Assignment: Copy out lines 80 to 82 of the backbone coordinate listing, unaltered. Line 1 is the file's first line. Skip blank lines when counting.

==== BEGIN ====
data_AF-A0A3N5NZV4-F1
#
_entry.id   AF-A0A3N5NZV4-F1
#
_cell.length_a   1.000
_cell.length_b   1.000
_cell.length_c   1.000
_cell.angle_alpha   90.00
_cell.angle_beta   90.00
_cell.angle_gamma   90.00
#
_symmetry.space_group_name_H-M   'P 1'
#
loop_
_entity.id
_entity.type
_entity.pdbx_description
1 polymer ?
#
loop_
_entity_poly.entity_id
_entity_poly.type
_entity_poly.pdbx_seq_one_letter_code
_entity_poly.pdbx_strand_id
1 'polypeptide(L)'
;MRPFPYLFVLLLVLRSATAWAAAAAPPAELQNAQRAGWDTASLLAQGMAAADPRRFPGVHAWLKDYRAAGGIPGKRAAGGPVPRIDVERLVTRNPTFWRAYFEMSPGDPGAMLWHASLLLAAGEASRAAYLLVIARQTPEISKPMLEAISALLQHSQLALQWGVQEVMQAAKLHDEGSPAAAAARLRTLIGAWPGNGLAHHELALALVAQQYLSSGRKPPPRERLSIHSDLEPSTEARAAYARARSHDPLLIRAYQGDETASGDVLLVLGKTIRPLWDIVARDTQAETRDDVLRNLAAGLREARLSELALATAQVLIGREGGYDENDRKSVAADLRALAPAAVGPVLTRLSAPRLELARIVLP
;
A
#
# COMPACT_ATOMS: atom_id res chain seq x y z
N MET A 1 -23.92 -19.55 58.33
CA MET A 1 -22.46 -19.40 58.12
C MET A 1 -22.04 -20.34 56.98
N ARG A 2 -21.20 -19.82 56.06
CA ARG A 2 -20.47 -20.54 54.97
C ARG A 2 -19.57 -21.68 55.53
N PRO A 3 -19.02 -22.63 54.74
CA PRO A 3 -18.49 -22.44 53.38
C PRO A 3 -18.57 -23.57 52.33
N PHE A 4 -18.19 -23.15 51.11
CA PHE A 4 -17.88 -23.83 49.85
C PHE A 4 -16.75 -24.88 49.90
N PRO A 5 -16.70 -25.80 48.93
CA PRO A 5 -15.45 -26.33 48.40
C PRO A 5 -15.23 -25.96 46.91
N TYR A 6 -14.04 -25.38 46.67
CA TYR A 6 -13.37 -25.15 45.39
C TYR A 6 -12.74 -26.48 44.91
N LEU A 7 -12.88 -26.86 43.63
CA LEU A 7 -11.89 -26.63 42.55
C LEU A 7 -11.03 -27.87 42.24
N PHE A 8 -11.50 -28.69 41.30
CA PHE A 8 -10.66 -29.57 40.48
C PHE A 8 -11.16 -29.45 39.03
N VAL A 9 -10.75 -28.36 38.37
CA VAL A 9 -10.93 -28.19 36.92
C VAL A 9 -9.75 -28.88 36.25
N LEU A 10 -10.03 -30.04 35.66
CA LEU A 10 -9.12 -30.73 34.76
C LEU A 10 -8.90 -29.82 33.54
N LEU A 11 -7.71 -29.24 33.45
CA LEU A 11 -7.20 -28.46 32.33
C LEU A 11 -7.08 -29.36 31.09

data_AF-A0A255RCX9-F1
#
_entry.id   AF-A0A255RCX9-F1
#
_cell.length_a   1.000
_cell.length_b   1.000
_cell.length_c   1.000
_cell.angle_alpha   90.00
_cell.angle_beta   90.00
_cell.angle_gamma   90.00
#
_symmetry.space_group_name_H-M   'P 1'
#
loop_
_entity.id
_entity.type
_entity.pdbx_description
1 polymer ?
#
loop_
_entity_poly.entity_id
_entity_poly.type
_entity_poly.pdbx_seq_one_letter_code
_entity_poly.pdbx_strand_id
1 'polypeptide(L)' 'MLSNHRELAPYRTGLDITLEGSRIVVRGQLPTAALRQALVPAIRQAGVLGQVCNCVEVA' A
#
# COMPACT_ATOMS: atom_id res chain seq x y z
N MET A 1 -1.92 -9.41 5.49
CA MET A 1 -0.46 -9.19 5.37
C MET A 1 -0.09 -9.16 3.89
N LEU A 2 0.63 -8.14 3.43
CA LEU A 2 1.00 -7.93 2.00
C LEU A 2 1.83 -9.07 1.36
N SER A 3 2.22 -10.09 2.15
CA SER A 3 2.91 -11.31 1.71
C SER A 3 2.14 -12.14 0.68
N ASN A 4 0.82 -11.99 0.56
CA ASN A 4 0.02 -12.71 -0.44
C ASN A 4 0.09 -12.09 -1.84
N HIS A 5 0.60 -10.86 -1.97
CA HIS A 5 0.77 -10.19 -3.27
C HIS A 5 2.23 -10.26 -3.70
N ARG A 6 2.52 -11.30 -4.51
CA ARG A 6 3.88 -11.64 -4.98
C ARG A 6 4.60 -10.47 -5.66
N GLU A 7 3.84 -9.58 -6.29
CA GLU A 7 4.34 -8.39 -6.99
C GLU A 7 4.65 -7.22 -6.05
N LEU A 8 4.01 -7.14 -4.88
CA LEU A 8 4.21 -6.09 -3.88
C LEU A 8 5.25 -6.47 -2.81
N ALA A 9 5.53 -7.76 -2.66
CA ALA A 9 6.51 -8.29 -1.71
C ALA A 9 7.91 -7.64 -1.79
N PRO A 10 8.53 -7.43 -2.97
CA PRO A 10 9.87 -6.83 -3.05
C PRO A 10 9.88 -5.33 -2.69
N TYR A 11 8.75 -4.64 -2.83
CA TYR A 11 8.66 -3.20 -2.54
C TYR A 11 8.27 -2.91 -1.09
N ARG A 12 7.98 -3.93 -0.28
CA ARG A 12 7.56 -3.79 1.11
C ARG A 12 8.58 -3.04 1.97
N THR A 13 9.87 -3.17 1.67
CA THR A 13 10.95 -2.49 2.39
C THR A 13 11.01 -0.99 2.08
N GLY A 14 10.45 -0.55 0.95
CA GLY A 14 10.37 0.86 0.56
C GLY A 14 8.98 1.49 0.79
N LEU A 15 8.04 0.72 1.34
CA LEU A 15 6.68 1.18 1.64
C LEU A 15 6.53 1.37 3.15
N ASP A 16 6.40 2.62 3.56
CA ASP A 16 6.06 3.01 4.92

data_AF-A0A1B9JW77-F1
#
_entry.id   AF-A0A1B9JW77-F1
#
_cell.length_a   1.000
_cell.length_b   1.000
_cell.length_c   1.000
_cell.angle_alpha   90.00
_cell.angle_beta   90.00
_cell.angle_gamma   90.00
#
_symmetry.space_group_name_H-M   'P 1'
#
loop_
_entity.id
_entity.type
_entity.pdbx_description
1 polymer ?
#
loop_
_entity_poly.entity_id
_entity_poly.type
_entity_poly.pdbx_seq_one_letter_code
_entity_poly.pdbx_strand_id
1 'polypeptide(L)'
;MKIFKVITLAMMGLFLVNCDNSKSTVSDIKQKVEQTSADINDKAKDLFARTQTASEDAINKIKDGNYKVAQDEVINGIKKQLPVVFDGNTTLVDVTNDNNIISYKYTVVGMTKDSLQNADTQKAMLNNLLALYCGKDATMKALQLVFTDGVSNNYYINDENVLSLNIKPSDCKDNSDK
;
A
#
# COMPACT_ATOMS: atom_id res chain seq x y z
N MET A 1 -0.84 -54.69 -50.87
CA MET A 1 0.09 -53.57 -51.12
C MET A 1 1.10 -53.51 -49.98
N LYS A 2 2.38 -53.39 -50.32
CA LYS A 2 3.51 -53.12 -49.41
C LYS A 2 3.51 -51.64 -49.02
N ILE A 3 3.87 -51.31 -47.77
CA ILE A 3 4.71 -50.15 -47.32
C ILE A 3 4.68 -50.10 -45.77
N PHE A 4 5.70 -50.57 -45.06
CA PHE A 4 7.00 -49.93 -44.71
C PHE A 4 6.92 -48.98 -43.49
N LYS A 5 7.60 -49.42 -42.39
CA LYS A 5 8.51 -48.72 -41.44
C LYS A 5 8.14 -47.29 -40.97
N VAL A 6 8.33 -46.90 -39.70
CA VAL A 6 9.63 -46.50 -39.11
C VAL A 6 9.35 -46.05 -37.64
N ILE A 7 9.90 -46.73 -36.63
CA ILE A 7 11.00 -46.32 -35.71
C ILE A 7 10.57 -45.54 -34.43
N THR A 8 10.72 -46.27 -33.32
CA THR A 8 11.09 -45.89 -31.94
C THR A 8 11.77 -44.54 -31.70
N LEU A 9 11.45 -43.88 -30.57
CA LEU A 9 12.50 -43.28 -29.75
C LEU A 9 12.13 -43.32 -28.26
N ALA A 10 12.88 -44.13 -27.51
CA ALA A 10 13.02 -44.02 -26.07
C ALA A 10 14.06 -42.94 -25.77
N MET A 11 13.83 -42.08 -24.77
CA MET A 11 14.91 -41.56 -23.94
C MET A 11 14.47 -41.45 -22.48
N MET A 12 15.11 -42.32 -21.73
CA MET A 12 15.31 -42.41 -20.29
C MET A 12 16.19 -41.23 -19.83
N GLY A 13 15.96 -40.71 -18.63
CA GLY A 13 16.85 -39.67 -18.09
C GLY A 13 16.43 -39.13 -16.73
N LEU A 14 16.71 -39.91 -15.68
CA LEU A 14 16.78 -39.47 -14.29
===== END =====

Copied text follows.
_entity.pdbx_description
1 polymer ?
#